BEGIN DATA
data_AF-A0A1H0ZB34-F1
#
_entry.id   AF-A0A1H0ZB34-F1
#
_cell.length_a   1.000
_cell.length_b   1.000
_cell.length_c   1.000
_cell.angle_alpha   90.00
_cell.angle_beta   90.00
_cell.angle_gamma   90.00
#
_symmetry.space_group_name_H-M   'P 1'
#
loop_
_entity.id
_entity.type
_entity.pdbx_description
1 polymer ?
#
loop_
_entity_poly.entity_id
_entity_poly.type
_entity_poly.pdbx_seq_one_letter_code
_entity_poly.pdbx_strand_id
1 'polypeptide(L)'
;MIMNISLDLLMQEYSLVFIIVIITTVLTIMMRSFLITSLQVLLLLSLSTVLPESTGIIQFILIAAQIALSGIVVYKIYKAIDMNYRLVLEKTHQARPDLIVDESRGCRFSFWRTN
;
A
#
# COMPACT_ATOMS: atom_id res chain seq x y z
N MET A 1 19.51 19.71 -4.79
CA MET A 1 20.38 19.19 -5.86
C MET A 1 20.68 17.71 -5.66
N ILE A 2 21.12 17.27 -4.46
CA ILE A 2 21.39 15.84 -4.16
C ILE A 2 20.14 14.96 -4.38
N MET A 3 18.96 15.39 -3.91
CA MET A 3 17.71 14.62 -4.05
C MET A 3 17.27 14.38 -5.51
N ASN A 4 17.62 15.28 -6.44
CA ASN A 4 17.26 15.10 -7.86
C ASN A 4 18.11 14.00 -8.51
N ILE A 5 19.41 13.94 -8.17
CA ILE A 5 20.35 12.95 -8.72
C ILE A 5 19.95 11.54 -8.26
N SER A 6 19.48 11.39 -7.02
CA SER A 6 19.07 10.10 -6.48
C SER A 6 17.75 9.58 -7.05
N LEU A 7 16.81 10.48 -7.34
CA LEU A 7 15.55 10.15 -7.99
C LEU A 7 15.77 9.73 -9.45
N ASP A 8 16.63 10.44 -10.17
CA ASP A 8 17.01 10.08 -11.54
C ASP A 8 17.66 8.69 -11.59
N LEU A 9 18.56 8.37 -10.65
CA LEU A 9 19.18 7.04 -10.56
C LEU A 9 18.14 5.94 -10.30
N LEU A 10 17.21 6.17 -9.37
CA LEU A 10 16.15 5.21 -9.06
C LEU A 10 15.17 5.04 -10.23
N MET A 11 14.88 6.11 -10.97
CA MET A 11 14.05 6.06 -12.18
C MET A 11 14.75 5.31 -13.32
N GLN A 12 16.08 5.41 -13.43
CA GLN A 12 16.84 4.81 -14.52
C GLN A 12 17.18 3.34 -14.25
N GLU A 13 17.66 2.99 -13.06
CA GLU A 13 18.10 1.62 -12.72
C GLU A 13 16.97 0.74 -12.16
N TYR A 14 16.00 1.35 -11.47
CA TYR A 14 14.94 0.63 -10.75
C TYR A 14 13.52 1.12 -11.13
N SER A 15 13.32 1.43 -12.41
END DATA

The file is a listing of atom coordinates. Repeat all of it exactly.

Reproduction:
data_AF-A0A1H0ZB34-F1
#
_entry.id   AF-A0A1H0ZB34-F1
#
_cell.length_a   1.000
_cell.length_b   1.000
_cell.length_c   1.000
_cell.angle_alpha   90.00
_cell.angle_beta   90.00
_cell.angle_gamma   90.00
#
_symmetry.space_group_name_H-M   'P 1'
#
loop_
_entity.id
_entity.type
_entity.pdbx_description
1 polymer ?
#
loop_
_entity_poly.entity_id
_entity_poly.type
_entity_poly.pdbx_seq_one_letter_code
_entity_poly.pdbx_strand_id
1 'polypeptide(L)'
;MIMNISLDLLMQEYSLVFIIVIITTVLTIMMRSFLITSLQVLLLLSLSTVLPESTGIIQFILIAAQIALSGIVVYKIYKAIDMNYRLVLEKTHQARPDLIVDESRGCRFSFWRTN
;
A
#
# COMPACT_ATOMS: atom_id res chain seq x y z
N MET A 1 19.51 19.71 -4.79
CA MET A 1 20.38 19.19 -5.86
C MET A 1 20.68 17.71 -5.66
N ILE A 2 21.12 17.27 -4.46
CA ILE A 2 21.39 15.84 -4.16
C ILE A 2 20.14 14.96 -4.38
N MET A 3 18.96 15.39 -3.91
CA MET A 3 17.71 14.62 -4.05
C MET A 3 17.27 14.38 -5.51
N ASN A 4 17.62 15.28 -6.44
CA ASN A 4 17.26 15.10 -7.86
C ASN A 4 18.11 14.00 -8.51
N ILE A 5 19.41 13.94 -8.17
CA ILE A 5 20.35 12.95 -8.72
C ILE A 5 19.95 11.54 -8.26
N SER A 6 19.48 11.39 -7.02
CA SER A 6 19.07 10.10 -6.48
C SER A 6 17.75 9.58 -7.05
N LEU A 7 16.81 10.48 -7.34
CA LEU A 7 15.55 10.15 -7.99
C LEU A 7 15.77 9.73 -9.45
N ASP A 8 16.63 10.44 -10.17
CA ASP A 8 17.01 10.08 -11.54
C ASP A 8 17.66 8.69 -11.59
N LEU A 9 18.56 8.37 -10.65
CA LEU A 9 19.18 7.04 -10.56
C LEU A 9 18.14 5.94 -10.30
N LEU A 10 17.21 6.17 -9.37
CA LEU A 10 16.15 5.21 -9.06
C LEU A 10 15.17 5.04 -10.23
N MET A 11 14.88 6.11 -10.97
CA MET A 11 14.05 6.06 -12.18
C MET A 11 14.75 5.31 -13.32
N GLN A 12 16.08 5.41 -13.43
CA GLN A 12 16.84 4.81 -14.52
C GLN A 12 17.18 3.34 -14.25
N GLU A 13 17.66 2.99 -13.06
CA GLU A 13 18.10 1.62 -12.72
C GLU A 13 16.97 0.74 -12.16
N TYR A 14 16.00 1.35 -11.47
CA TYR A 14 14.94 0.63 -10.75
C TYR A 14 13.52 1.12 -11.13
N SER A 15 13.32 1.43 -12.41